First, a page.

Why are liberal souls losing their shirt just because the Prime Minister and his ministerial colleagues all chose to put in an appearance before the sangh chief and his advisers?
Fifteen years ago this month, a prime minister of India had travelled to the United States for the annual UN General Assembly mela. During that visit, he found time to attend a Vishwa Hindu Parishad event in Staten Island where he declared himself a swayamsevak — yes, as in the Rashtriya Swayamsevak Sangh. This was music to the ears of the Nagpur gharana. A prime minister who all along was pretending to have little to do with this Hindu outfit suddenly got into a confessional mood.
Back in New Delhi, Atal Bihari Vajpayee’s exuberance did not last long. The conflict between the demands the RSS would make on a prime minister and his constitutional oath was too palpable to permit any kind of meaningful jugalbandi. Though Vajpayee continued to mark his token attendance at the annual guru dakshina rites, he was not afraid to antagonise the Nagpur crowd. After the 2002 anti-Muslim riots in Gujarat, it was simply not possible for Vajpayee to maintain any civilised conversation with these comrades among the swayamsevaks. The gurus never forgave Vajpayee for wanting to draw outside the lines.
And, again, 10 years ago, July 2005 to be precise, three designated gurus of the Nagpur gharana travelled to Delhi to tell the then BJP president, LK Advani, to put in his papers. Advani had committed the solecism of saying something vaguely in praise of Muhammad Ali Jinnah. All the top leaders of the BJP held their collective peace as the “unknown, unelected, unaccountable” Nagpur-empowered busybodies roughed up Advani as if he was just a taluka-level politician. Advani was rendered hors de combat. By the end of the year, he was gone as the party president.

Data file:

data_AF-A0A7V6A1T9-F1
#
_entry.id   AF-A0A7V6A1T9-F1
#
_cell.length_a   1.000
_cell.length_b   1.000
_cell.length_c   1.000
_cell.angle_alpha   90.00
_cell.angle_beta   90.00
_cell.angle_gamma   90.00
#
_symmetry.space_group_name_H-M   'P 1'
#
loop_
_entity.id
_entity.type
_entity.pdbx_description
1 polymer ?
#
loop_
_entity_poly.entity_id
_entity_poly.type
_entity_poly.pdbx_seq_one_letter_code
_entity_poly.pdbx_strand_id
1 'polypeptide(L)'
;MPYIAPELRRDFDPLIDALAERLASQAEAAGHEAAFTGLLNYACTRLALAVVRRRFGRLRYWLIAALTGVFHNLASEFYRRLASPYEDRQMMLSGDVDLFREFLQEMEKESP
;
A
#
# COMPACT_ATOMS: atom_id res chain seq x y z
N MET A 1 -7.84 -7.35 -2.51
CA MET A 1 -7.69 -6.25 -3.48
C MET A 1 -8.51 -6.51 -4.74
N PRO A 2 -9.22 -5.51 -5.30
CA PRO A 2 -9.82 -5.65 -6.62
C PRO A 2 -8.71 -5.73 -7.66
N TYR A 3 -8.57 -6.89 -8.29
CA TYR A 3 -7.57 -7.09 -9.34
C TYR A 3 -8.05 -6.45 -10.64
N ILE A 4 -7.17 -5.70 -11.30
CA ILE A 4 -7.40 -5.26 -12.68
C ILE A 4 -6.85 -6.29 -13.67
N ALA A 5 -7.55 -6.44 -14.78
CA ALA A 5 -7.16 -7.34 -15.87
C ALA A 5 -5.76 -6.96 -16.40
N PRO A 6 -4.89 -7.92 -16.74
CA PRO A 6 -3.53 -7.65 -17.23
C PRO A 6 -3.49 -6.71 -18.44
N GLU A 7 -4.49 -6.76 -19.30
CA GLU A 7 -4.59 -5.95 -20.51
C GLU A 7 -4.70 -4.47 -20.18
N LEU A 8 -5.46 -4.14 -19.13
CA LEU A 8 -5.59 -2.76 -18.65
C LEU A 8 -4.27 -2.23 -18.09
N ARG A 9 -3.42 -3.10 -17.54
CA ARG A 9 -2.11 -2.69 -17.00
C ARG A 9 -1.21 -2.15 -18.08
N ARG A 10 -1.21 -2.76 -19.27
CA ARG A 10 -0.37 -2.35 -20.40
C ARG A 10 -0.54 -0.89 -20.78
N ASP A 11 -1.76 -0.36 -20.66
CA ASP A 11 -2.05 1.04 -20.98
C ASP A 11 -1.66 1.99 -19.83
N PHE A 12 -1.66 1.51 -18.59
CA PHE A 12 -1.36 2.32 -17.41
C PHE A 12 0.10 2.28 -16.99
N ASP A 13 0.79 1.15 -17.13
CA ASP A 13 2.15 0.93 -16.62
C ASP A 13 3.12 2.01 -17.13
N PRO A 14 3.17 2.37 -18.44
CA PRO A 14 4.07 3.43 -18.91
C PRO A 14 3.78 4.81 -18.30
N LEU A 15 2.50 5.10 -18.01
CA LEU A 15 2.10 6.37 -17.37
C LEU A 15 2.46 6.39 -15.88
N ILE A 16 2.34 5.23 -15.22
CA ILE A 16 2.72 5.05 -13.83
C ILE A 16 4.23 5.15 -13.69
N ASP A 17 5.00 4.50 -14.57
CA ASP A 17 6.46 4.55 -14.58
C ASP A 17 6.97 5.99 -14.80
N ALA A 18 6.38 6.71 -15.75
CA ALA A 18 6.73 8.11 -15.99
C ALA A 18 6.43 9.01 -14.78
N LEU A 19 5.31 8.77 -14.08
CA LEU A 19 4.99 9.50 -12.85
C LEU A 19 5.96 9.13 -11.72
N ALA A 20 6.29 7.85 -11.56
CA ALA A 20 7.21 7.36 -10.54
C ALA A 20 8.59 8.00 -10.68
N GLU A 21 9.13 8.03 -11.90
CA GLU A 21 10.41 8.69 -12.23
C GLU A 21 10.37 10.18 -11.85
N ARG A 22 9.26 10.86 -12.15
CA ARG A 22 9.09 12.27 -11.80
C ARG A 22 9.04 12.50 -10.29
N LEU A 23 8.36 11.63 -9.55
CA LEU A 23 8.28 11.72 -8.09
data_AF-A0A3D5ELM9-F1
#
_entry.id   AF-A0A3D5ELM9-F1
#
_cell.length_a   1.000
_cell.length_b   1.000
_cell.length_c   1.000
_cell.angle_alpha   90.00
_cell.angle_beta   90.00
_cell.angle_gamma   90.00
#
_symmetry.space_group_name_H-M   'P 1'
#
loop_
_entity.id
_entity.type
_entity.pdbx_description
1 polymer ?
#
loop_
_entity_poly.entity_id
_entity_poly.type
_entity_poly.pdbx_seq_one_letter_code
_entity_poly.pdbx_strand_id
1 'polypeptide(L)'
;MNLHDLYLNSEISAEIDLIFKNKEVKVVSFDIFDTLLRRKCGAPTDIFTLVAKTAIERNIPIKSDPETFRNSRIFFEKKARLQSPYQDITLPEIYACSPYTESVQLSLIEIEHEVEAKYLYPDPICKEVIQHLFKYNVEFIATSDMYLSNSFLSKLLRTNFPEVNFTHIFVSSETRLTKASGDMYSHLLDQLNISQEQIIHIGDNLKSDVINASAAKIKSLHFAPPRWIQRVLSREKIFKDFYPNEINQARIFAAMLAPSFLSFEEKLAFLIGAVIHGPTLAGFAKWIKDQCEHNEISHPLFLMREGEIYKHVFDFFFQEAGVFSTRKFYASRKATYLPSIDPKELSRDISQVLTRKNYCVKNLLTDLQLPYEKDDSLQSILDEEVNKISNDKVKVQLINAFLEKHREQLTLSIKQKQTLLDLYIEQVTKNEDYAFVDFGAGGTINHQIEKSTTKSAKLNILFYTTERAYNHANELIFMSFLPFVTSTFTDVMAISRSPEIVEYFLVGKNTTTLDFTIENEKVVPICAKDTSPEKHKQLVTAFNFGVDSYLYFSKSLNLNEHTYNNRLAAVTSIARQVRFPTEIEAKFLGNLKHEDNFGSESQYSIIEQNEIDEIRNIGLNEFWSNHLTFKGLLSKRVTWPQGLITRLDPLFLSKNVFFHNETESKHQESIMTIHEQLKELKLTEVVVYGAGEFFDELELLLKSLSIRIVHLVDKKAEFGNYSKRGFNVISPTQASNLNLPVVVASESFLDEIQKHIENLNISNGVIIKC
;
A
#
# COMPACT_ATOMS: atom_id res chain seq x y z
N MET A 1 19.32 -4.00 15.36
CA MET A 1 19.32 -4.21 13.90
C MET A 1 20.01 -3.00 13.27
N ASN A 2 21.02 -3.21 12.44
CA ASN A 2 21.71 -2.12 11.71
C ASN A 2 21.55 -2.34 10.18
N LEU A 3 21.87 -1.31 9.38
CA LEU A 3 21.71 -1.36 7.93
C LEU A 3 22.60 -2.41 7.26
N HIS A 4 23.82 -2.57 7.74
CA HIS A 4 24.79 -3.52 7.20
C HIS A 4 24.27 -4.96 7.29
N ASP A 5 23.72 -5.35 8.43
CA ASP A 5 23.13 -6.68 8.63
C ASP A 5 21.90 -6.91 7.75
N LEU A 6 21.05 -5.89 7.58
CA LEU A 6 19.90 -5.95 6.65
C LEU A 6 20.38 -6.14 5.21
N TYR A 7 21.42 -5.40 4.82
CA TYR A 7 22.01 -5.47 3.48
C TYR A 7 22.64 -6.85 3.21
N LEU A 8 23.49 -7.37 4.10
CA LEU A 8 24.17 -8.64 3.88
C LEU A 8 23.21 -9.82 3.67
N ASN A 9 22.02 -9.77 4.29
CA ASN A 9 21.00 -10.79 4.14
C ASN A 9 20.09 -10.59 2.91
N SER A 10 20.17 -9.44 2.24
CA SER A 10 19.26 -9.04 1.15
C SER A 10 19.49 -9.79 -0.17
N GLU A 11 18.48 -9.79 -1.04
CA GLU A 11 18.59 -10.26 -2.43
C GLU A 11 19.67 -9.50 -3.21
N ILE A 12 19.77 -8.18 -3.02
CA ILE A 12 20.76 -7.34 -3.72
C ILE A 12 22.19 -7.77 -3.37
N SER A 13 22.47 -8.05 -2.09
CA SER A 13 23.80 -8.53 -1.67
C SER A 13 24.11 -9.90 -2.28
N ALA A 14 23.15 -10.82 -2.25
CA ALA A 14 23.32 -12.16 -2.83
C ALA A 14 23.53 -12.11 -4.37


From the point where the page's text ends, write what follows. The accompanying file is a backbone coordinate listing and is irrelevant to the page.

The Nagpur bosses wanted to reaffirm the first principle: No BJP leader would be allowed any deviation. They had had enough of Vajpayee and his liberal tantrums.
Last week, it was this very first principle that was re-asserted when the Sarsanghchalak summoned Prime Minister Narendra Modi and his ministers. Well, if you are a swayamsevak, you do respond to summons from the superior in the hierarchy. Period. That is the code of the saffron brotherhood. Admitted, Sushma Swaraj is not an RSS bhakt. Nor is Arun Jaitley. Unless, he has managed to keep this fact away from his “moderate and decent” friends in Delhi. But neither of them had any choice.
Why are liberal souls losing their shirt just because the Prime Minister and his ministerial colleagues all chose to put in an appearance before the RSS chief and his advisers? After all, the Modi-RSS connection is not new.
It was no secret that it was the RSS’s unequivocal endorsement of Modi that proved decisive in the BJP making him its prime ministerial mascot. Nor was the RSS’s involvement on behalf of Modi in the 2014 electoral process a secret affair. It was open and fairly well documented.
From his Gujarat days, Modi has written the blue book on how to look after the RSS and its functionaries. Modi is smarter – which is not the same thing as being wiser – than Vajpayee. He has shrewdly sized up the small men and their small needs.